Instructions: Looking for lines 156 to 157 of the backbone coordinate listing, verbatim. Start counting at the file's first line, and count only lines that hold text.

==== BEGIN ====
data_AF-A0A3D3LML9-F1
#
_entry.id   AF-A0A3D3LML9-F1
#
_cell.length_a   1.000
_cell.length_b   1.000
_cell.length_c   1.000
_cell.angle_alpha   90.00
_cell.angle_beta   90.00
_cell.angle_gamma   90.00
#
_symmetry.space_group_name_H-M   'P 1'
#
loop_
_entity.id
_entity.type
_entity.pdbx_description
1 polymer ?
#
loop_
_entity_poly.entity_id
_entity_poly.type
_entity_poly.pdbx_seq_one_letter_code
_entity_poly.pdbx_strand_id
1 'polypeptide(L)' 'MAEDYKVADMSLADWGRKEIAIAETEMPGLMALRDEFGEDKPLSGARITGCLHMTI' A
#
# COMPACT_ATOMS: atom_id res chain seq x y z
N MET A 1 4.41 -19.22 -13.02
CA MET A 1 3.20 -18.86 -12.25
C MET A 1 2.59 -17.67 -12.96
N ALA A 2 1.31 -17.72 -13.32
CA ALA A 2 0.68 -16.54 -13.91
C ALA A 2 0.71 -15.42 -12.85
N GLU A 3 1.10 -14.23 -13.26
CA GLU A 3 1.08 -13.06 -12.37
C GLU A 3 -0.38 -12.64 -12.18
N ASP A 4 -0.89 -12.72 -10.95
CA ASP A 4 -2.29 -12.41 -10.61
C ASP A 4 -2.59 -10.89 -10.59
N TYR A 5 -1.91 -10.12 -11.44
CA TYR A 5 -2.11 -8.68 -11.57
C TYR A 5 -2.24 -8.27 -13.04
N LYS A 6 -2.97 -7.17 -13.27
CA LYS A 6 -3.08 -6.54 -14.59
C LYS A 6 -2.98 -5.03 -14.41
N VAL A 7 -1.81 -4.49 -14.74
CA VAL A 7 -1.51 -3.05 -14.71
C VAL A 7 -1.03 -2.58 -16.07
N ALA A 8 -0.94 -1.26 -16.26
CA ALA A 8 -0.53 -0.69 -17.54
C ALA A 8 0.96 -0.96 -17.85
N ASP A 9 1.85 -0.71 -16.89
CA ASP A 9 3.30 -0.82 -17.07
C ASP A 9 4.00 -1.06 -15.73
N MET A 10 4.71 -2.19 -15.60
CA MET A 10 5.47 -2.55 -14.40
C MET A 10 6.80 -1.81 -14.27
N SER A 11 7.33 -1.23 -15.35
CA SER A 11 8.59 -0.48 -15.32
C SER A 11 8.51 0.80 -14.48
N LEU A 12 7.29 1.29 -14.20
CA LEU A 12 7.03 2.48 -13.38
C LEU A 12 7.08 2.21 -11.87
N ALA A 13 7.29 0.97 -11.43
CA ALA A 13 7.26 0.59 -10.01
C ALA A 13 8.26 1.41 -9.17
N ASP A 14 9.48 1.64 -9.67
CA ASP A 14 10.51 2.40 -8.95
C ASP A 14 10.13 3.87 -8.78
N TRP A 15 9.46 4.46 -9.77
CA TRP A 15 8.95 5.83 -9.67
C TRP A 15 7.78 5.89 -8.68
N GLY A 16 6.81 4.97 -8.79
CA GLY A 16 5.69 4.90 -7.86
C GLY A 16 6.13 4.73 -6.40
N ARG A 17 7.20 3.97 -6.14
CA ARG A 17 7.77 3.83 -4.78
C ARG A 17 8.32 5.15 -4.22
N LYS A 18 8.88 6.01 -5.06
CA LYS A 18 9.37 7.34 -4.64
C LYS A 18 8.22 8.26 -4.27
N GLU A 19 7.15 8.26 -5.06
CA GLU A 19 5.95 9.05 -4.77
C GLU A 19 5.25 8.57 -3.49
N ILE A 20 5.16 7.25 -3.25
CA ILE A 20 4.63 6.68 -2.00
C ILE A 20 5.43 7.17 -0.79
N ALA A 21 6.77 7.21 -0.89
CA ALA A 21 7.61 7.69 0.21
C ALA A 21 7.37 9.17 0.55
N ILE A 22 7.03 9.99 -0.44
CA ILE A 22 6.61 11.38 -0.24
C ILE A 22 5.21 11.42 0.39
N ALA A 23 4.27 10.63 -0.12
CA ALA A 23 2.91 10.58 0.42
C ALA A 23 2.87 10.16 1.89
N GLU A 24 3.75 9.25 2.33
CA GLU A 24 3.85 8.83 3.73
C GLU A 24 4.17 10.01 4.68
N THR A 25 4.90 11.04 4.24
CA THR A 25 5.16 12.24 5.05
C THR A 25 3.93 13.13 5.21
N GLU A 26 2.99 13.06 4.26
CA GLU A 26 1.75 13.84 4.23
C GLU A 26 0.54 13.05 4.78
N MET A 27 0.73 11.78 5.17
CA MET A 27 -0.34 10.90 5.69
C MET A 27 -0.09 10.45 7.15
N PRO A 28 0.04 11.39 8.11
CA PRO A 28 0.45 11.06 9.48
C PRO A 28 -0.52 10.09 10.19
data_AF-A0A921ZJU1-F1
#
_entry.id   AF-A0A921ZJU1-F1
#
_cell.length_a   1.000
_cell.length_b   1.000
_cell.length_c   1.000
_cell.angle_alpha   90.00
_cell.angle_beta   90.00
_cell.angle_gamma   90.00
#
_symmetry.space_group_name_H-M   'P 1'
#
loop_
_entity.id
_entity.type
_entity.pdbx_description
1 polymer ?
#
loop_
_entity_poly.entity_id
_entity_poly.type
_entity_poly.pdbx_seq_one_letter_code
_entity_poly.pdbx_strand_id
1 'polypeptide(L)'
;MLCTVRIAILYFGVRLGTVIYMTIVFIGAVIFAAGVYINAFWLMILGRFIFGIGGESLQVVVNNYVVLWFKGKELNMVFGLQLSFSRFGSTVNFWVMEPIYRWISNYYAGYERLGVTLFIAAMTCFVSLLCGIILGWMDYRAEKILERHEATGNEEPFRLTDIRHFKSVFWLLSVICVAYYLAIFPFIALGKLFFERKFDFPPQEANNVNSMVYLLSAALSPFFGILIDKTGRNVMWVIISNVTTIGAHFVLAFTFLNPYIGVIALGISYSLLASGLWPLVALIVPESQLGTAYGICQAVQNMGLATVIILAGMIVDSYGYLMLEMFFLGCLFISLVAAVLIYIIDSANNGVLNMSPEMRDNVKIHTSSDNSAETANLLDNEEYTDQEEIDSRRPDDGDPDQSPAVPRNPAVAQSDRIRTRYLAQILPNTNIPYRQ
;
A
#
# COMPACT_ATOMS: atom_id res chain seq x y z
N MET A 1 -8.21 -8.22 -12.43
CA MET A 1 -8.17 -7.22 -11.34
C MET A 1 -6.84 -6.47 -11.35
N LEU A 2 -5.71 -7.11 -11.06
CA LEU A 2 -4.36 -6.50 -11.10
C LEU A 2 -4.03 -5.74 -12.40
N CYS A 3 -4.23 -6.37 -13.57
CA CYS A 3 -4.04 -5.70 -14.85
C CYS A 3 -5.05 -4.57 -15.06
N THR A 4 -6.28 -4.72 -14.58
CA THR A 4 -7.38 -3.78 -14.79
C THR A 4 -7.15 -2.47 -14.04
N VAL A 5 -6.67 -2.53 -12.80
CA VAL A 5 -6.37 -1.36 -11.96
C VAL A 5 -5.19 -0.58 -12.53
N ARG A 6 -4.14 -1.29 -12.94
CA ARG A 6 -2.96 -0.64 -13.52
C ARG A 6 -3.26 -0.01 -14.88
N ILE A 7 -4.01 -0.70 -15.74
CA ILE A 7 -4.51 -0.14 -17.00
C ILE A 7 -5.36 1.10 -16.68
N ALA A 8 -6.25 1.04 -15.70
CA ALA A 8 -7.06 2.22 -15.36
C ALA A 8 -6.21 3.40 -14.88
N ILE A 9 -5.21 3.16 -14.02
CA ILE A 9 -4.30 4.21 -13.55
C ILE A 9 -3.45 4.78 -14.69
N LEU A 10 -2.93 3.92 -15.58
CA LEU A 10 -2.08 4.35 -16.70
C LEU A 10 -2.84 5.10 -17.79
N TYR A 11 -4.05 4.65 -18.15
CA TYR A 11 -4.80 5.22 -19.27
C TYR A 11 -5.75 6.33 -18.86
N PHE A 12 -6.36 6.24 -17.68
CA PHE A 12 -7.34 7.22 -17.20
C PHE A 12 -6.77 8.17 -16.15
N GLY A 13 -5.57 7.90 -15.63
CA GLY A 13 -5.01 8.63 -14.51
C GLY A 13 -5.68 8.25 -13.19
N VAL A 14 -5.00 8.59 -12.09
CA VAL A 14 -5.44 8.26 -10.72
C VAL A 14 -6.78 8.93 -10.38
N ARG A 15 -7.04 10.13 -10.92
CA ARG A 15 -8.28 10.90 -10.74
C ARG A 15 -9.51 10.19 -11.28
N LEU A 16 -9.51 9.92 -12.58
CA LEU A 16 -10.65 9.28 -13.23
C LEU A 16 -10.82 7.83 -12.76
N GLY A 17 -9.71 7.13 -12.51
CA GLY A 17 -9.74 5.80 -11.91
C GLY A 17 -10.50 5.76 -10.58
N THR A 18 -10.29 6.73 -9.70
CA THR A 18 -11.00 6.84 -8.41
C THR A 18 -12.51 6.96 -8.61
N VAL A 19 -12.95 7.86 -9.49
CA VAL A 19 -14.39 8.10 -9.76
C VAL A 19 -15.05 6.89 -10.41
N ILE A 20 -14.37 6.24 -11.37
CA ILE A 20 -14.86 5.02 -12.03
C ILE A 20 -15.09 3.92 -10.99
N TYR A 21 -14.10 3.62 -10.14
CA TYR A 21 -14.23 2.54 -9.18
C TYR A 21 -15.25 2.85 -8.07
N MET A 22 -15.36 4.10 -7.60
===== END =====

C VAL A 5 -5.19 -0.58 -12.53
N ARG A 6 -4.14 -1.29 -12.94